The polluted leftovers of Florida’s phosphate fertilizer mining industry, more than 1 billion tons in "stacks" that resemble enormous ponds, are at risk for leaks or other contamination when Hurricane Ian comes ashore in the state, environmental groups say.
Florida has 24 such phosphogypsum stacks, most of them concentrated in mining areas in the central part of the state. About 30 million tons of this slightly radioactive waste is generated every year, according to the Florida Industrial and Phosphate Research Institute.
"A major storm event like the one we are bracing for can inundate the facilities with more water than the open-air ponds can handle," Ragan Whitlock, staff attorney for the Center for Biological Diversity environmental group, said in an email Tuesday.
"We are extremely concerned about the potential impacts Hurricane Ian may have on phosphate facilities around the state," Whitlock added.
A leak in March 2021 at a stack called Piney Point resulted in the release of an estimated 215 million gallons of polluted water into Tampa Bay, causing massive fish kills. State officials, overseen by a court-appointed receiver, are working with a $100 million appropriation to shut down that long-troubled location.
"During the past six months, the receiver has made significant progress toward closing the facility," lawyers for Gov. Ron DeSantis said in a court filing Monday.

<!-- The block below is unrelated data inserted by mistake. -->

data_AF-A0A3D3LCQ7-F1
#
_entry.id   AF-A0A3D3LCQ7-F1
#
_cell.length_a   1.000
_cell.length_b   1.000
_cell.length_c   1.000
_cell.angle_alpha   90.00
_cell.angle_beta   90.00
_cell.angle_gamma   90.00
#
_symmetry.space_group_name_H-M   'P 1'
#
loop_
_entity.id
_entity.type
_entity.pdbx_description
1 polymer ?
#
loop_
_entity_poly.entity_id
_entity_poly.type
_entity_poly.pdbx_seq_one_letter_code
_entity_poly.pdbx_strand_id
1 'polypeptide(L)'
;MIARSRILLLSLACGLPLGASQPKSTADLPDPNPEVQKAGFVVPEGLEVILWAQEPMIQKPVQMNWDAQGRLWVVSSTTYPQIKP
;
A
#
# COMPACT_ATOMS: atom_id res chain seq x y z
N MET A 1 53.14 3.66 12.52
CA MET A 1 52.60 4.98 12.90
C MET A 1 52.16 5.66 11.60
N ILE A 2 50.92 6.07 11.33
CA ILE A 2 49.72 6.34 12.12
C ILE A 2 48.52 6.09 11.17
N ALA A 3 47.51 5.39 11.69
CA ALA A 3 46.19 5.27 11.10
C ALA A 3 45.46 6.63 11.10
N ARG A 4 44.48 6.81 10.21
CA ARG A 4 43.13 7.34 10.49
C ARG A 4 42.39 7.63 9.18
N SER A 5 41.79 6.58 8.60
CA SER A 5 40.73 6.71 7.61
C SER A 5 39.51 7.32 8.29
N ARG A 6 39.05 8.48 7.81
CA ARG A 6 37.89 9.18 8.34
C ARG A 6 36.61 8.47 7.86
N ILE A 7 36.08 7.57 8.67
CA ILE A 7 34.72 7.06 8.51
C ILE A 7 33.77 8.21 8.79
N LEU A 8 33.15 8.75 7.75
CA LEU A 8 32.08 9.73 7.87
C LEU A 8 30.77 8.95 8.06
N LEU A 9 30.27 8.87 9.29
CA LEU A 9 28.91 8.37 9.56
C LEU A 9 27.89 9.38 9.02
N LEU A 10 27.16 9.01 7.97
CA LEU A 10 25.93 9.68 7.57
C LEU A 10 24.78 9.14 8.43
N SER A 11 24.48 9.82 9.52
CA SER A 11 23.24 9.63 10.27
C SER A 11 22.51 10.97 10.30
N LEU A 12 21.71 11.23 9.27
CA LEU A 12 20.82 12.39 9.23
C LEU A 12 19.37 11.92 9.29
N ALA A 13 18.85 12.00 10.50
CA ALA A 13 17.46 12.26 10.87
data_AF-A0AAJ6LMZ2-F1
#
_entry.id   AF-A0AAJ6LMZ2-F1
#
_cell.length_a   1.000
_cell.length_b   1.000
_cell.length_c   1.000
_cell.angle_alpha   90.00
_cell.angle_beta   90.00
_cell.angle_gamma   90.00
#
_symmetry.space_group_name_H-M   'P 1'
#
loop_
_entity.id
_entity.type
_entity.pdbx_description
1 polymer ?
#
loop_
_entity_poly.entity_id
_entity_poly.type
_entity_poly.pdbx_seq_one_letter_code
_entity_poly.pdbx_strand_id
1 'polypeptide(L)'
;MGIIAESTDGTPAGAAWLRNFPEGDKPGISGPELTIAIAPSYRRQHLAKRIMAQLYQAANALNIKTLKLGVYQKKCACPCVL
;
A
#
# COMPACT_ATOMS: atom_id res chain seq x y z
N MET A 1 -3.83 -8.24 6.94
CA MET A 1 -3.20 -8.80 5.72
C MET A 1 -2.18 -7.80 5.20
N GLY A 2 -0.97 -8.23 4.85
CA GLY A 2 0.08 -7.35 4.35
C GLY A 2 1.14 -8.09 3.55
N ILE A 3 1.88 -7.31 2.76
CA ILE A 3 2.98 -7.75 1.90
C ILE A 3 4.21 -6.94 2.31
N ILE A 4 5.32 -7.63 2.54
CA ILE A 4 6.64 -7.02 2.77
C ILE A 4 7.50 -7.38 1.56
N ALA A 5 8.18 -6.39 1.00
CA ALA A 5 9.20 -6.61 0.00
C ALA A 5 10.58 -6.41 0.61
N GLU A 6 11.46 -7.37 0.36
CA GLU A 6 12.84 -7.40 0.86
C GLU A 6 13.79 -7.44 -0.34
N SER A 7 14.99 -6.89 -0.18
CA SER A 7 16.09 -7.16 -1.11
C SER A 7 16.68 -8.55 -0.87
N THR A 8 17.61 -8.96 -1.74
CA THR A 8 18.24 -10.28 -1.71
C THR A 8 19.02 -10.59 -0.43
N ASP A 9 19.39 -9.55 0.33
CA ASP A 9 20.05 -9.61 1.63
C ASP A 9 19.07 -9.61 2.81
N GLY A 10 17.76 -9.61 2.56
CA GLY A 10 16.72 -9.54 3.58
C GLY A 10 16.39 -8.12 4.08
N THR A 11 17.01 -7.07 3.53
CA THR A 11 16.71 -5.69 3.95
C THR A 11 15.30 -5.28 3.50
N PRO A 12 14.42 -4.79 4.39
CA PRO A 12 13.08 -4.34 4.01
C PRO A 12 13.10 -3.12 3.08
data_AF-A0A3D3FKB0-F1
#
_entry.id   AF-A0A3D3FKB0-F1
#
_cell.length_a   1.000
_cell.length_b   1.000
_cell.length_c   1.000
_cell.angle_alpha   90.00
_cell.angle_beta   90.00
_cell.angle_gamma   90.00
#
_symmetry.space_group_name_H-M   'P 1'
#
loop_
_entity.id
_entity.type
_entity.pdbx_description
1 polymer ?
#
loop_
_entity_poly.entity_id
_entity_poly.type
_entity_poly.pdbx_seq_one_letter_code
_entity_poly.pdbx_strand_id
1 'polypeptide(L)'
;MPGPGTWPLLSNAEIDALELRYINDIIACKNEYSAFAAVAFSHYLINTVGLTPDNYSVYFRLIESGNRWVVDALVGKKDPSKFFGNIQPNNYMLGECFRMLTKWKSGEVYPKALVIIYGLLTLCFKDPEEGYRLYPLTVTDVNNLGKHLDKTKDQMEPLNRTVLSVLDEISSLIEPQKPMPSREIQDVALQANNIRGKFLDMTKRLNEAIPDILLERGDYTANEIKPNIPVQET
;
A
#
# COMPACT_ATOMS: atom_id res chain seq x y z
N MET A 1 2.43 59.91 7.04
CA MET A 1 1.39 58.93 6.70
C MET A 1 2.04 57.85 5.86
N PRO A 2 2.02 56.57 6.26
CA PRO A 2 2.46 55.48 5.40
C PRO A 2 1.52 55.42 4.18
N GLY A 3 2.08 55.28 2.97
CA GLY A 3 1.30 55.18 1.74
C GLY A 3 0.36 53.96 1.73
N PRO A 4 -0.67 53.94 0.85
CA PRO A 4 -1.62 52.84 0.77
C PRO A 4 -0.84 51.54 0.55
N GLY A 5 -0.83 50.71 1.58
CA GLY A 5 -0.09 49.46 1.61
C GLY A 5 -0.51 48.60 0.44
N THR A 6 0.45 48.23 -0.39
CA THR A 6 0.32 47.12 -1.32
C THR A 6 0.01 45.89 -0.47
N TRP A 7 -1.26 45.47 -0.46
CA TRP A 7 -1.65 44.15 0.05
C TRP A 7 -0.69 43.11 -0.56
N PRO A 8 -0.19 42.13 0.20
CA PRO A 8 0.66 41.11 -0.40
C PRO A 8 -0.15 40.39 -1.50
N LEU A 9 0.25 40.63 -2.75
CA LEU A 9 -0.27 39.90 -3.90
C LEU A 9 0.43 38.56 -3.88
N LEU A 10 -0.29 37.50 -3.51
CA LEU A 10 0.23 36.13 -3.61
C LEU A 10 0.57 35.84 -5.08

But the Center for Biological Diversity, which sued with other groups to close down Piney Point, noted that 4.5 million additional gallons of wastewater were released into Tampa Bay in August.
"The imminent and substantial endangerment to the environment and human health and safety posed by Piney Point has not been abated" since a judge ordered a six-month stay in the case.
Hurricane Ian is expected to make landfall in southwest Florida on Wednesday before cutting through the state — very close to many of the gypsum stacks.
State Department of Environmental Protection records show that Piney Point has about 24 inches (60 centimeters) of rainfall capacity. Another facility in the Tampa Bay area, operated by phosphate giant Mosaic Co., has just over 9 inches (22 centimeters) of rainfall capacity.
A spill could seriously damage rivers and other wetlands near the stacks, according to Jim Tatum of the Our Santa Fe River nonprofit group.
"Valuable aquatic and vegetative resources never fully recover from a spill," Tatum wrote on the organization’s website. "As the highly acidic, radioactive slime makes its way to the receiving waters, entire aquatic ecosystems are impacted."